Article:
18 November 2010

Jose Gallardo

Here is an example of multilingual literary criticism that seems to me to be in the right direction.  It looks not just at what a text wants to say, but the language it uses to say it:

"Gallardo’s style suggests the meaning of the text. His deviant language becomes a functional form as it incarnates the very language it refers to which is undergoing deviation. The medium is not just the message; the message is actually the medium. The language designed and employed arouses laughter as it assumes the possible configuration of a ludicrous language. Put in a total perspective, the poem recreates the possible speech habit of the Kapampangan community in its projected linguistic situation. No wonder, then, that the poet-addresser who is himself part of the list of writers he proudly presents, begets an illusion of a nightmare."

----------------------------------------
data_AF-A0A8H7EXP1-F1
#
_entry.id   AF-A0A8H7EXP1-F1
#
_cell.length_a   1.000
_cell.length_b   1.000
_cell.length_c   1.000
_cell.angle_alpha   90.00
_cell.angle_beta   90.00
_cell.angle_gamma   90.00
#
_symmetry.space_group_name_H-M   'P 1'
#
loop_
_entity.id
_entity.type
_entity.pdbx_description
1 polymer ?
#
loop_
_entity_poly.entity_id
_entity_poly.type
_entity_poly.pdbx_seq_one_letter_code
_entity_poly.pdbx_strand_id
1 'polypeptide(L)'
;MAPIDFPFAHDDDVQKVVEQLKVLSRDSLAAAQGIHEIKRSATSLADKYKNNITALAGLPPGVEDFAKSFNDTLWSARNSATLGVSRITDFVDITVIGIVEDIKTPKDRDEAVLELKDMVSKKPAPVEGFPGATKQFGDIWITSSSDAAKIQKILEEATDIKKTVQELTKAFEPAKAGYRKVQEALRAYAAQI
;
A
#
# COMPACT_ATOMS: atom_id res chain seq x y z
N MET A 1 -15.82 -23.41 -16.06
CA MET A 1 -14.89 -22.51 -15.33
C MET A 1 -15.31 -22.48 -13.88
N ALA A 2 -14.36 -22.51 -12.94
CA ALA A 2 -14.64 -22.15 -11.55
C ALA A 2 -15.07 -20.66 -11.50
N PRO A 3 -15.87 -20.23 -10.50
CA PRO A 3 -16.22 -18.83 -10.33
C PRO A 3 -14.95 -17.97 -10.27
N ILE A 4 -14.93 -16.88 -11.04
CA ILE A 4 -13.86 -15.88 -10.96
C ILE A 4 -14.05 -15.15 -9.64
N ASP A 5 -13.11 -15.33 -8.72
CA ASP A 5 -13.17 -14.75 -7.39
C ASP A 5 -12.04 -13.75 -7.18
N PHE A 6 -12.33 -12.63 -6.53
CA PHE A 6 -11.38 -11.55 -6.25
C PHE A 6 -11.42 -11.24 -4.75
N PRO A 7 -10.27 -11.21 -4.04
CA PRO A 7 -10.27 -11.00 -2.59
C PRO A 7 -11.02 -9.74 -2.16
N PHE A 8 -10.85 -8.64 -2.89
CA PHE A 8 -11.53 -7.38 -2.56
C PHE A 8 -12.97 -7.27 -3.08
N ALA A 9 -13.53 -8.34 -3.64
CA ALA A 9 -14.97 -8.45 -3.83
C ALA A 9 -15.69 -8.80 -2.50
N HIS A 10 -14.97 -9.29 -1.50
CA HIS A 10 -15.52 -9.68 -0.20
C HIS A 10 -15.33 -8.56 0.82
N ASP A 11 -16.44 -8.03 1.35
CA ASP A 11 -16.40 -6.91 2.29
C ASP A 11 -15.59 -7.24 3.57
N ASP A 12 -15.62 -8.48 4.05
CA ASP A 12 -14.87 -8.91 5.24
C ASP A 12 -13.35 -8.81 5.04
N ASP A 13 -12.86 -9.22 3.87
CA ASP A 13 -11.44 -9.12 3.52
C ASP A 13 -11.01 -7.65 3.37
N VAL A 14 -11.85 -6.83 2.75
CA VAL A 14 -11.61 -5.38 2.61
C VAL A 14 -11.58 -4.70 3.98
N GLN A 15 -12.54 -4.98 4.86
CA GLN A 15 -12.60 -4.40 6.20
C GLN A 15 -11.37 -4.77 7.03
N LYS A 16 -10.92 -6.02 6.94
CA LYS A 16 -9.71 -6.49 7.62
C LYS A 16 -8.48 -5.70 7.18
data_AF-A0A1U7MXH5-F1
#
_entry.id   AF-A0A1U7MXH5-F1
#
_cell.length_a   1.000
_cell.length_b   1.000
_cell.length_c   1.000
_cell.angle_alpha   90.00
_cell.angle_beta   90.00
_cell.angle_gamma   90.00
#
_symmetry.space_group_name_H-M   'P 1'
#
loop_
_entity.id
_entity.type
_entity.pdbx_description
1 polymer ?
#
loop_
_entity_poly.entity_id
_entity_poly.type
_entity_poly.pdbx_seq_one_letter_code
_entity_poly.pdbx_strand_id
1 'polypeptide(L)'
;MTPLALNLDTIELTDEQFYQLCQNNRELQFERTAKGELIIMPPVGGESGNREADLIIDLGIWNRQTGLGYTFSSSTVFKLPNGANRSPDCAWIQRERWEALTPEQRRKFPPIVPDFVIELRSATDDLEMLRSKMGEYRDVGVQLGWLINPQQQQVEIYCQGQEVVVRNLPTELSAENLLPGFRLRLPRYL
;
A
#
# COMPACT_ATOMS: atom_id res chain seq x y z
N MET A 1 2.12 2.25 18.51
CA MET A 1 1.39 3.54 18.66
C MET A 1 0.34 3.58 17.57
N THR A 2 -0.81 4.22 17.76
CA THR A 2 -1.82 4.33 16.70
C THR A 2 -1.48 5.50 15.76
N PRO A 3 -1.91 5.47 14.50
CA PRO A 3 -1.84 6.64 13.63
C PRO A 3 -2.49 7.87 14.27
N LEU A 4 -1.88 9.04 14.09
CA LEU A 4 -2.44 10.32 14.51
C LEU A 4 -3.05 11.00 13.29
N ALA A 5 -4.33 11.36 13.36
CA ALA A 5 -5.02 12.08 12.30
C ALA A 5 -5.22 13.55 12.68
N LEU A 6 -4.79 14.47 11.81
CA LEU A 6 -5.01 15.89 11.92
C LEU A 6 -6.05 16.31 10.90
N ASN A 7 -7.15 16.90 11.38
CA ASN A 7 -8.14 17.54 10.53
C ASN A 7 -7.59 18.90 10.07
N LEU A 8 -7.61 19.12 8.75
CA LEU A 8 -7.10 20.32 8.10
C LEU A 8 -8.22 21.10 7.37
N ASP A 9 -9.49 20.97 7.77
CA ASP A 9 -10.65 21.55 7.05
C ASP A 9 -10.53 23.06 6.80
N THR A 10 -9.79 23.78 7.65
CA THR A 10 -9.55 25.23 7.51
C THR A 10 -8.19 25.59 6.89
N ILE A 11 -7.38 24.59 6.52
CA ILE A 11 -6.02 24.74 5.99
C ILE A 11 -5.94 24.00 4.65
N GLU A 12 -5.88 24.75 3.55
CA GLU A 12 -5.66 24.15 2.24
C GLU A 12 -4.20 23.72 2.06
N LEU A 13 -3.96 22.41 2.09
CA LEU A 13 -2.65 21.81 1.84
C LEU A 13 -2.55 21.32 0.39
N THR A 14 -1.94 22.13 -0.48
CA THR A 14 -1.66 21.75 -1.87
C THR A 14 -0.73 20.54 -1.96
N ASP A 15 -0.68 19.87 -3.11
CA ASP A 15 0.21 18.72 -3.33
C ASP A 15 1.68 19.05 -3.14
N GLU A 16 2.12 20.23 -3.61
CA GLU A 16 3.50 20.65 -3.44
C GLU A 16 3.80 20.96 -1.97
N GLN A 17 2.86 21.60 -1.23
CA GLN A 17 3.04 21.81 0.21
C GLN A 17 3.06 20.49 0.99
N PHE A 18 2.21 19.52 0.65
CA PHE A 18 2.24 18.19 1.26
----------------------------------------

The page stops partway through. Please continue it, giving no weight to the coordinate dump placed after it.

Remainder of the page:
Instead of ignoring the language of a text, critics should put their praxis where their theory is:  if language is indeed opaque, then we should look at the language and not just at what the language refers to.  In Gallardo's case (as I think is the case with many other multilingual writers), the language (or more precisely, the mixing of languages) is very much a part of the content (not just the style) of the text.

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